from Alistair Matheson:

Every Christian seems to know Matthew 11:28-29 – you know, the bit where Jesus says, “Come to Me, all who are weak and heavy laden … My yoke is easy and My burden is light.”

But how many could tell you what He said immediately before it (- this one’s had me for weeks now)?:

“… No one knows the Father except the Son and anyone to whom the Son chooses to reveal Him.”

Jesus is still, by the Holy Spirit, revealing the Father to people.

But not just to anyone.

Only to His friends. Yes, only His friends. Ipse dixit (He said it Himself).

But first, what is a friend?

Your friend is the one you disclose things to. We can’t go around sharing our deepest, most tender thoughts with all and sundry. Depending on the thought, we may just be asking for a kicking!

We share our deepest secrets and closest treasures with our best friends. In fact, how deeply we’re willing to go with someone is probably a measure of how close a friend they are.

Jesus was – and is – willing to go all all the way … with His friends. And His friends are those who are willing to go all the way with Him.

This is how He put it:

“… I have called you friends, for all things that I have heard from My Father I have made known to you.” (Jn.‬ ‭15:15‬)

“All things.”

Now that’s all the way! Sharing everything the Father had told Him. These night-time walks up the hills, the pre-dawn meetings with the Father – the most powerful and significant things ever heard by Jesus in the deepest, darkest places – all revealed to His friends. Every word of it. Nothing held back. Full disclosure of Heaven’s best.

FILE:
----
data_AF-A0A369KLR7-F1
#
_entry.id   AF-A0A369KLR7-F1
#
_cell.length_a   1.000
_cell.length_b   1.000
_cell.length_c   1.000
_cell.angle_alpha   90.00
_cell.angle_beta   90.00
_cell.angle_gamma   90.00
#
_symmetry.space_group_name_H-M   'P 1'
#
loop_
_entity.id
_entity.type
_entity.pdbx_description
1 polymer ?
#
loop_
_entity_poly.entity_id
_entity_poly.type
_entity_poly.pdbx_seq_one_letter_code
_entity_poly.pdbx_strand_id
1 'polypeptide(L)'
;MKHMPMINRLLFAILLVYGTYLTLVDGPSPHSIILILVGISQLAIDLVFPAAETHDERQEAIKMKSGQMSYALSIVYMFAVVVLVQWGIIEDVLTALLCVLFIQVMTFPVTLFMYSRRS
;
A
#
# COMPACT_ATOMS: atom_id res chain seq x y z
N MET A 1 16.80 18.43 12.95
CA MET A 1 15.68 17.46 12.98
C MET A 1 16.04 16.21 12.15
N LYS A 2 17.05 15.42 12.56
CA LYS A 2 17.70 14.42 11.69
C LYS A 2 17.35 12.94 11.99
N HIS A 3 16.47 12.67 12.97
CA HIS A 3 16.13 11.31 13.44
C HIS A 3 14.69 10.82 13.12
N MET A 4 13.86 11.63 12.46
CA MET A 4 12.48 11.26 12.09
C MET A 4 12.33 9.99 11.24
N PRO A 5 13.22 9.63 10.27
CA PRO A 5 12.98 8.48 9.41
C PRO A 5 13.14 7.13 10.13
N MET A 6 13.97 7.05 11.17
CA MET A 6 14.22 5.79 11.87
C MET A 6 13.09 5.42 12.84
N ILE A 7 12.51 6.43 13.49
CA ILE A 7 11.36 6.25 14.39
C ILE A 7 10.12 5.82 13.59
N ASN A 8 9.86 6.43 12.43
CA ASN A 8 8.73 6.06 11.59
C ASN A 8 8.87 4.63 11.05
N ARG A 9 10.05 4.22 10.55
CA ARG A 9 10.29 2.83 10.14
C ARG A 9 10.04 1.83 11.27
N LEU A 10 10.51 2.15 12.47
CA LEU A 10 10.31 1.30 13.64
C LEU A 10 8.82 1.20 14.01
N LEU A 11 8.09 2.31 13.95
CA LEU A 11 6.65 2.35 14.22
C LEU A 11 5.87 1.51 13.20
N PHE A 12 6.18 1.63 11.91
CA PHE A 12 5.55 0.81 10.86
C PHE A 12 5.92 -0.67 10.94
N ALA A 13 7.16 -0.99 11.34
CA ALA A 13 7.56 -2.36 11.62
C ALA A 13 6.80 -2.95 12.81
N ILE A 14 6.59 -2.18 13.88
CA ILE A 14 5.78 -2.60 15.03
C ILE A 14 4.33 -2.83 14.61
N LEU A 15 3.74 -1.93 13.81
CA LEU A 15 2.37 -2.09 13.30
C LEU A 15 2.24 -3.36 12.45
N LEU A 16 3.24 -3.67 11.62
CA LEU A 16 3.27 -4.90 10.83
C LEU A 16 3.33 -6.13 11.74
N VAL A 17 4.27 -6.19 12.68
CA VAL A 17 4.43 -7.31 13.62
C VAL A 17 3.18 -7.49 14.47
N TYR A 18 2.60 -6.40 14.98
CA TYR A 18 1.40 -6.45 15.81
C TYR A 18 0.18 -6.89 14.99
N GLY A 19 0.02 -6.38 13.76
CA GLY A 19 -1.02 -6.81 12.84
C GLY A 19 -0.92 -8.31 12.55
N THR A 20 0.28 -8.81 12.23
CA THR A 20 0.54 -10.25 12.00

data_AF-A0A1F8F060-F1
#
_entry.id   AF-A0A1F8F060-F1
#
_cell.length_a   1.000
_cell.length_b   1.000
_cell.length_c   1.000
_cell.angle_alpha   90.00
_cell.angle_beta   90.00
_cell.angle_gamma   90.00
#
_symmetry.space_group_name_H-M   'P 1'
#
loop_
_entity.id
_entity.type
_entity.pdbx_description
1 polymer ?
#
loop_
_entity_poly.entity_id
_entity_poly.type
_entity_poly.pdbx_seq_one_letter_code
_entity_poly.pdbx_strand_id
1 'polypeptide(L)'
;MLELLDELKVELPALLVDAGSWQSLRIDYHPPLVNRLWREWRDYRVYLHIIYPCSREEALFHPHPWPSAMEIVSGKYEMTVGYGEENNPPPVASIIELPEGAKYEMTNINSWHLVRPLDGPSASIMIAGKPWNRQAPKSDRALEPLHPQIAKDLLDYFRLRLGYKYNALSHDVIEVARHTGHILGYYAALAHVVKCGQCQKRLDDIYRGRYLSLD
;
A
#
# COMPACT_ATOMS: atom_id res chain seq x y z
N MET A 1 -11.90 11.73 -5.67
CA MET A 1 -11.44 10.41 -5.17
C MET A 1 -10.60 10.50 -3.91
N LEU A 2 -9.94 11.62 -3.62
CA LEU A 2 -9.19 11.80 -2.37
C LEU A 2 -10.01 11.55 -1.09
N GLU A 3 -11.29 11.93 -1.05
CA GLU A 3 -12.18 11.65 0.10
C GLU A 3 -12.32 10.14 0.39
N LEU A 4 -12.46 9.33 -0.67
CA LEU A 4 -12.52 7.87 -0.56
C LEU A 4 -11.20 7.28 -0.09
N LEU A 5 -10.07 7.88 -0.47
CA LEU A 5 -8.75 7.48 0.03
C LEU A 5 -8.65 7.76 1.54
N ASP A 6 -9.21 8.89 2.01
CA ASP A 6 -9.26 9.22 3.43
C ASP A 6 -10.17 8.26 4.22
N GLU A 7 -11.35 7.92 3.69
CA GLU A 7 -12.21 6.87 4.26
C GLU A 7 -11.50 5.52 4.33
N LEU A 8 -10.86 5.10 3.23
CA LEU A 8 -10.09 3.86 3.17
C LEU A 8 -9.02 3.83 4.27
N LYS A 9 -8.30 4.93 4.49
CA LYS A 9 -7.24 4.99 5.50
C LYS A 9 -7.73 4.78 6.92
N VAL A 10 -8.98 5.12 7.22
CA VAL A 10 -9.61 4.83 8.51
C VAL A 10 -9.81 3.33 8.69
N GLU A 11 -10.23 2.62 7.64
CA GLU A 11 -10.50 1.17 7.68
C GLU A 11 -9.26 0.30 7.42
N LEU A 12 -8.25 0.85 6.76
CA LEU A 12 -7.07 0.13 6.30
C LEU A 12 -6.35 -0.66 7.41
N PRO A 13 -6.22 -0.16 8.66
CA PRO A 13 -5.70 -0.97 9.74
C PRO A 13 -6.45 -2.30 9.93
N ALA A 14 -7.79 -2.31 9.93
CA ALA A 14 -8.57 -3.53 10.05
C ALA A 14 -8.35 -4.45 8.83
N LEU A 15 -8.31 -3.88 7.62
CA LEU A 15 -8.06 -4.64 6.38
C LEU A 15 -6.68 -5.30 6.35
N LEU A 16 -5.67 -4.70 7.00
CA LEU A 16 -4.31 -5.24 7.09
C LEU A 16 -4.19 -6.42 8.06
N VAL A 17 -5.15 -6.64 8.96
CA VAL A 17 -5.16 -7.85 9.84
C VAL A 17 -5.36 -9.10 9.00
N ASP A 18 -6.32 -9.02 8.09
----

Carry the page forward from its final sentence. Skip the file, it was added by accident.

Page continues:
But then, these were the ones who’d left everything to follow Him. His friends.

It’s impossible to read John chapters 14 and 15, and miss Jesus’ understanding of what constitutes a friend … basically, His friends are those who love him, and demonstrate this love by obeying what He commands. The most obvious ways His friends outwork their love for Him is by doing right and loving each other too, sacrificially – that’s the proof of their friendship.

When Jesus finds friends like that, He tells them everything. Leaves nothing hidden. No riddles wrapped up in enigmas et cetera. No hide and seek. Nothing to do with being mystical or hyper-spiritual; just loving and obeying. (As Jesus put it elsewhere in John, “If anyone is willing to do my will, he will know of the teaching.”)

Are you a friend of Jesus?

Or is He just someone who’s useful?

“If you love Me, you’ll obey My commandments.” And His commands, as John also wrote, “are not burdensome.” He doesn’t ask the impossible; just to show we love Him by doing all to please Him.

I know what some people are thinking, and I’ve thought much about it myself, so let me try and tie all this in with grace …

There is, of course, the general, unconditional love of God – a God who loves simply because love is what He is. Love as a demonstration of His kindness, grace and mercy; no reflection on our merit. Yes, I get it.

But this here is love on another level.

The love that Jesus has for His friends, that we read about in these verses from Matthew and John, is not unconditional. It is very much conditional, and not so many experience it (- even though it’s available to everyone) …

“If you love Me, you will keep My commandments. … He who has My commandments and keeps them is the one who loves Me; and he who loves Me will be loved by My Father, and I will love him and will disclose Myself to him … If anyone loves Me, he will keep My word; and My Father will love him, and We will come to him and make Our abode with him.” (Jn. 14:15, 21, 23‬)